Mcnay Racing

Performance Sailing

Melges 20 Miami Winter Series Event #2

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We just wrapped up the second event of the Melges 20 Miami Winter Circuit. I was calling tactics and trimming main on Odin with Camille at the helm and fellow Yale sailor Thomas Barrows was trimming jib and spinnaker. Thomas and I have team raced with each other a lot, but we have never raced on the same boat before. It reminded me how much there is to learn from other talented sailors and the best way to learn from each other is to race together.

One of the things I appreciate about the M20 fleet is everyone’s willingness to share knowledge.  Certainly in the Olympic 470 fleet, you do not find this level of openness. On Saturday after racing, there was a fleet debrief. Andy Burdick moderated a panel of helms and crew from several top teams on the day. While there weren’t many surprises, it was nice to hear from different voices to confirm what we were thinking.

Photo Credit Joy Dunigan at

Photo Credit Joy Dunigan at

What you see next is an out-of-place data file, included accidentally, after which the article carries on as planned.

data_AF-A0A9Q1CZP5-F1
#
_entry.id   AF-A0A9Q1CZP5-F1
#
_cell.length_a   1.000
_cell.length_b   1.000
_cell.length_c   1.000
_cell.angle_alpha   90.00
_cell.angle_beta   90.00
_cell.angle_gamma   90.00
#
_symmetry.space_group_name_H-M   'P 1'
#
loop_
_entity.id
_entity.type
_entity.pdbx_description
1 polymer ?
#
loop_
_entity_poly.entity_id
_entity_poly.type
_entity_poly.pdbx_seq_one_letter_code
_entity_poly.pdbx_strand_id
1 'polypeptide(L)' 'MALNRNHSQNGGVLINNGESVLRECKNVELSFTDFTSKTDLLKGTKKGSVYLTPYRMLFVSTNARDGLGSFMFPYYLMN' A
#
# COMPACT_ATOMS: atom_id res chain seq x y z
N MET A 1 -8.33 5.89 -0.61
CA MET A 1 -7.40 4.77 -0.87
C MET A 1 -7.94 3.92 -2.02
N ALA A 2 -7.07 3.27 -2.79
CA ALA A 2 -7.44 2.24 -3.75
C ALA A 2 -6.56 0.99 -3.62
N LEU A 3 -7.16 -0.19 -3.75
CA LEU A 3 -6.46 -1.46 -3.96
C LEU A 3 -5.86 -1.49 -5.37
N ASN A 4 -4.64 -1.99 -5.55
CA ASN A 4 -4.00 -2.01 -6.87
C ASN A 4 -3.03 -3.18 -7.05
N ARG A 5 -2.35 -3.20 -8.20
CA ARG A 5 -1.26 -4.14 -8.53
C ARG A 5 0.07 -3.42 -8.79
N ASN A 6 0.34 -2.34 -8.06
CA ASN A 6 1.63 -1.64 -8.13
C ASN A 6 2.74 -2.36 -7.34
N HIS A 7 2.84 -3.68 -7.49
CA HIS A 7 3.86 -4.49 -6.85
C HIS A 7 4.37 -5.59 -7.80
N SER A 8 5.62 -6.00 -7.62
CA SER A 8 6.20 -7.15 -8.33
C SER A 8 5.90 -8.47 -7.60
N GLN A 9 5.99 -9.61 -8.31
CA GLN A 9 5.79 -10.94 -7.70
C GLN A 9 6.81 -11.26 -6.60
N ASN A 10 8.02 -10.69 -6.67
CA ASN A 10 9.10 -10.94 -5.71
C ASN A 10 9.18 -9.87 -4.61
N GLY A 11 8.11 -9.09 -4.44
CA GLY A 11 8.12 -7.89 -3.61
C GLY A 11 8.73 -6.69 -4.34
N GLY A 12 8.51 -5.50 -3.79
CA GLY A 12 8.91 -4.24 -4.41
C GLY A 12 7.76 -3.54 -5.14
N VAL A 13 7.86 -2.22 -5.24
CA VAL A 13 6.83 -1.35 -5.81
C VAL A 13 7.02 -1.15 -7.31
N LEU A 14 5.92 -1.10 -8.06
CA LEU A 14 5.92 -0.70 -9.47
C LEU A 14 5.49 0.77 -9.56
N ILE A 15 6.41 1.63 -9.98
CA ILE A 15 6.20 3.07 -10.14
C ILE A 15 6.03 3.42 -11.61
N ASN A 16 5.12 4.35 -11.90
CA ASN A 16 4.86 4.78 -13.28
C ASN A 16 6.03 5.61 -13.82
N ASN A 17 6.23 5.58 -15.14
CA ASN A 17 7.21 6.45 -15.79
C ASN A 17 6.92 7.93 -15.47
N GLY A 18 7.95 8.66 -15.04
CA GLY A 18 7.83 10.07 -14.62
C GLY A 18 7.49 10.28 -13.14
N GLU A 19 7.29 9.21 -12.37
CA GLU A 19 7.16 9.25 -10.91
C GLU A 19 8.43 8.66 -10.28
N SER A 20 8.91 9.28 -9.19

Here were some thoughts from the panelists:

-As soon as the mainsheet is eased the primary shrouds need to be slid aft (tensioned) to keep headstay tension, so jib stays flat enough and rig remains stable.

-Plays the lowers based on vang tension. As the wind increases, vang harder and slide the lower shroud cars aft (tension). Also, crank on the diamonds. The overall effect is a flat mainsail up high with some depth down low and twist is controlled by vang. This is a good heavy air shape.

-Downwind in lazy plane or full plane conditions, steer to angle of heel. Heel should always be between 0 and 5 degrees. If at 0 degrees heel, head up, if at 5 degrees heel head down. In lulls, the crew moves forward and inboard over the motor, which will keep a little heel and allow boat to keep speed on lower angle. It prevents helmsman from diving up unnecessarily. In Marginal planning at 8.5 kts hull speed, heading up is good when you can hit 9.5-10kts of speed, but 9kts and high angle will not be VMG.

-When making your final approach to the line and watching your Velocitek, there should always be more meters to the starting line than seconds to the start. No need to worry about a boat with their jib up, they will rip by with a lot of momentum and not be an issue later.

Results are Here.

Author: stumcnay

Athlete and Coach, Sailing

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